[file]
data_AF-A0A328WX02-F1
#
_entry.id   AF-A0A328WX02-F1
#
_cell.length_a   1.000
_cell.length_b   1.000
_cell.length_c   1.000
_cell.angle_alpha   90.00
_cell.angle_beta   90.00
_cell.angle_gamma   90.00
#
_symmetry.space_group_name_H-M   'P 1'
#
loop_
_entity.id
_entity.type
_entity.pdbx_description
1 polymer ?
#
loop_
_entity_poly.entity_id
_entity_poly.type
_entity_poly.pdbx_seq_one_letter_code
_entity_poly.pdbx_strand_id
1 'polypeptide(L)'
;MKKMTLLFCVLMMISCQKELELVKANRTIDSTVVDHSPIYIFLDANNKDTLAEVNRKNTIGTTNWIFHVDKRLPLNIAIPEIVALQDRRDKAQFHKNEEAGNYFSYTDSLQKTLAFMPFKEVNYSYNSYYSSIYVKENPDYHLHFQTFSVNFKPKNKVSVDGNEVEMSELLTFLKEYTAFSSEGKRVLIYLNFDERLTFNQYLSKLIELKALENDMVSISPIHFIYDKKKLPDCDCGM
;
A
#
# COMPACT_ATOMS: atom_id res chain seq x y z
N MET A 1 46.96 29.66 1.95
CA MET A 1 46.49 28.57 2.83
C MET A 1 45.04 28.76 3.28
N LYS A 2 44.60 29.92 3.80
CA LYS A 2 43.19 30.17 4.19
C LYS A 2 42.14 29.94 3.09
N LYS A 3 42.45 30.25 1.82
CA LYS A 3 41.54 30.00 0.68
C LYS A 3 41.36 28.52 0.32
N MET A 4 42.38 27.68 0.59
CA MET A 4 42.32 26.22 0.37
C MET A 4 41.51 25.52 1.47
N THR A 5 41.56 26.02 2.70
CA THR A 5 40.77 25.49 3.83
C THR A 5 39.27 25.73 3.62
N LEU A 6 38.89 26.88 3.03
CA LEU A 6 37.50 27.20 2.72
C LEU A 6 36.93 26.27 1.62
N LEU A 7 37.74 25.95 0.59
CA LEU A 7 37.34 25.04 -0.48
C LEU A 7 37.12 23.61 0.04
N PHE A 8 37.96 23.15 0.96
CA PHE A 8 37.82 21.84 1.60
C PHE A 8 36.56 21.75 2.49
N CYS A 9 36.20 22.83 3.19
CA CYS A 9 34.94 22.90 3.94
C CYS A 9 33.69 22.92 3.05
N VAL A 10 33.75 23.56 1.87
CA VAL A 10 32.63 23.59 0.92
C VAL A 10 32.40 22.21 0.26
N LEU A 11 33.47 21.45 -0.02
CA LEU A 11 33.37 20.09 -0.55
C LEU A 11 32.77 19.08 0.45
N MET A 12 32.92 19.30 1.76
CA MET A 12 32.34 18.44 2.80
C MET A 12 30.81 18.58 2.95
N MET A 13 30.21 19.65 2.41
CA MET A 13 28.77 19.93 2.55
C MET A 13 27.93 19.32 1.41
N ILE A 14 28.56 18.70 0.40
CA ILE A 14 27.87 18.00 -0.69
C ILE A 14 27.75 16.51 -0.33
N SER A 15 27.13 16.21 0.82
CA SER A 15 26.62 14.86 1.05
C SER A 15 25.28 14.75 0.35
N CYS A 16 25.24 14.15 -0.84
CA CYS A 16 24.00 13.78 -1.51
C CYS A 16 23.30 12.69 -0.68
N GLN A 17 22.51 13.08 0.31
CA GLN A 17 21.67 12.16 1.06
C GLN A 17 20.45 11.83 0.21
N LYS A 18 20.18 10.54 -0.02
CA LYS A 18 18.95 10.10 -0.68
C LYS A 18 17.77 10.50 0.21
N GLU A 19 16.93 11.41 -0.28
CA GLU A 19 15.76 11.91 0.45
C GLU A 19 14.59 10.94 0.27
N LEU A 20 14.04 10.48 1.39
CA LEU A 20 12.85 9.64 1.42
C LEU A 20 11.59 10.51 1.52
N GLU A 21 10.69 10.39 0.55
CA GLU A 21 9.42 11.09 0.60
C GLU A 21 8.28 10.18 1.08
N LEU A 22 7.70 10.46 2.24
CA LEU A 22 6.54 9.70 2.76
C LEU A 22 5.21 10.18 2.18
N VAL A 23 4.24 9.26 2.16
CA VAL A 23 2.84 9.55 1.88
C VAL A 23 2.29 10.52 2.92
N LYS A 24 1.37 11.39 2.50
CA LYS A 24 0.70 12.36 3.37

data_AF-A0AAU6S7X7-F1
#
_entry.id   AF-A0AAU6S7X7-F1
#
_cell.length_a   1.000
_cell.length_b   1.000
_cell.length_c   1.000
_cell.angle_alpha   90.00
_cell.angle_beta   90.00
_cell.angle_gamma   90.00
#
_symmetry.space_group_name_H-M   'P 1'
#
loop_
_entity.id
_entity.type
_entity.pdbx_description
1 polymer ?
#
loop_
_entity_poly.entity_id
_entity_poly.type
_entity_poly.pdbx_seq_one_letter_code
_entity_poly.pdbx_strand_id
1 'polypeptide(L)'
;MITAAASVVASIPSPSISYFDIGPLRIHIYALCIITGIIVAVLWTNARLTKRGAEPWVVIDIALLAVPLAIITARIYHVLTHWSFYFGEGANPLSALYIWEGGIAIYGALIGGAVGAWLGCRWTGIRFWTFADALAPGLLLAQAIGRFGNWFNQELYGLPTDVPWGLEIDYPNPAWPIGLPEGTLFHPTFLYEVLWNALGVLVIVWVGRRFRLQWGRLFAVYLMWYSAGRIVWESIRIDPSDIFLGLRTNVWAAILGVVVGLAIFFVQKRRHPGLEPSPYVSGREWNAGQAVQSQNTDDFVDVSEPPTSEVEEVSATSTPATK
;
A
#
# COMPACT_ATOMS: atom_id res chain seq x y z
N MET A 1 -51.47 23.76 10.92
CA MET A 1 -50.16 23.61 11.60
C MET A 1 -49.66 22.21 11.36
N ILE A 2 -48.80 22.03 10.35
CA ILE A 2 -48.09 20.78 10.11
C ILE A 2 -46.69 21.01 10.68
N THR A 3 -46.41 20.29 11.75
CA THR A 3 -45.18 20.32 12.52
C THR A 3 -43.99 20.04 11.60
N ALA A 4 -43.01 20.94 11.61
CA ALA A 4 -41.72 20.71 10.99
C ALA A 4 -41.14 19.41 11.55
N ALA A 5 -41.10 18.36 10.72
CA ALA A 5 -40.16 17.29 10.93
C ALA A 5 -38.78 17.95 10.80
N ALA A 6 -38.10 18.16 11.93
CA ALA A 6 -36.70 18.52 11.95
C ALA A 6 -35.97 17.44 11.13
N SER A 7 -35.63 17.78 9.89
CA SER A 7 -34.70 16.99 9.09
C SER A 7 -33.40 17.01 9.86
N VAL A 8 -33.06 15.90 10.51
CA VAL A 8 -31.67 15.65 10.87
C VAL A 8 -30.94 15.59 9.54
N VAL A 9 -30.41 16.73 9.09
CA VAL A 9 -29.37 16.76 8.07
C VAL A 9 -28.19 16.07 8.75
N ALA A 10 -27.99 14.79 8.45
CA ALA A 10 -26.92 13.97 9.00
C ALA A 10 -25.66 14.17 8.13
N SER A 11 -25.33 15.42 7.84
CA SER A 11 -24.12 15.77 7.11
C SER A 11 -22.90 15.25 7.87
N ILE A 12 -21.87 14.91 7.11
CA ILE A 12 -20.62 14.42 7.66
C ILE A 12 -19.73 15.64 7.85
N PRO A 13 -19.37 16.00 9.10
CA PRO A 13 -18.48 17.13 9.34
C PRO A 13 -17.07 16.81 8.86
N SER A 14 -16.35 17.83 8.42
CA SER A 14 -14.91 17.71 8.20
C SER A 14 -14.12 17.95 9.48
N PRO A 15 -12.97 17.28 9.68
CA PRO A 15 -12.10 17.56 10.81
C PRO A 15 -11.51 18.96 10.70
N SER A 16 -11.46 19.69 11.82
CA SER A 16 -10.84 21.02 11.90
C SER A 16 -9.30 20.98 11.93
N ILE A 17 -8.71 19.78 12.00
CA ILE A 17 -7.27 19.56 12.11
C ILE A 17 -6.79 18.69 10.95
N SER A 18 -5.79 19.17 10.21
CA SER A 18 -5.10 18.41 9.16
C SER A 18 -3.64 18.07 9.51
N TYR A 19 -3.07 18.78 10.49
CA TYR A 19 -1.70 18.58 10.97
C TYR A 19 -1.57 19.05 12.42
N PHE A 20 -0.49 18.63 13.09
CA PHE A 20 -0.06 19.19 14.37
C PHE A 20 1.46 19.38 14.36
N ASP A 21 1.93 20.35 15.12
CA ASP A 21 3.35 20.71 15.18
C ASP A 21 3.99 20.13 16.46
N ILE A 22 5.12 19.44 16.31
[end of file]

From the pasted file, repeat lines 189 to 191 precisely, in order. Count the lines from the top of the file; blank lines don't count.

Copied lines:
N PHE A 20 -0.49 18.63 13.09
CA PHE A 20 -0.06 19.19 14.37
C PHE A 20 1.46 19.38 14.36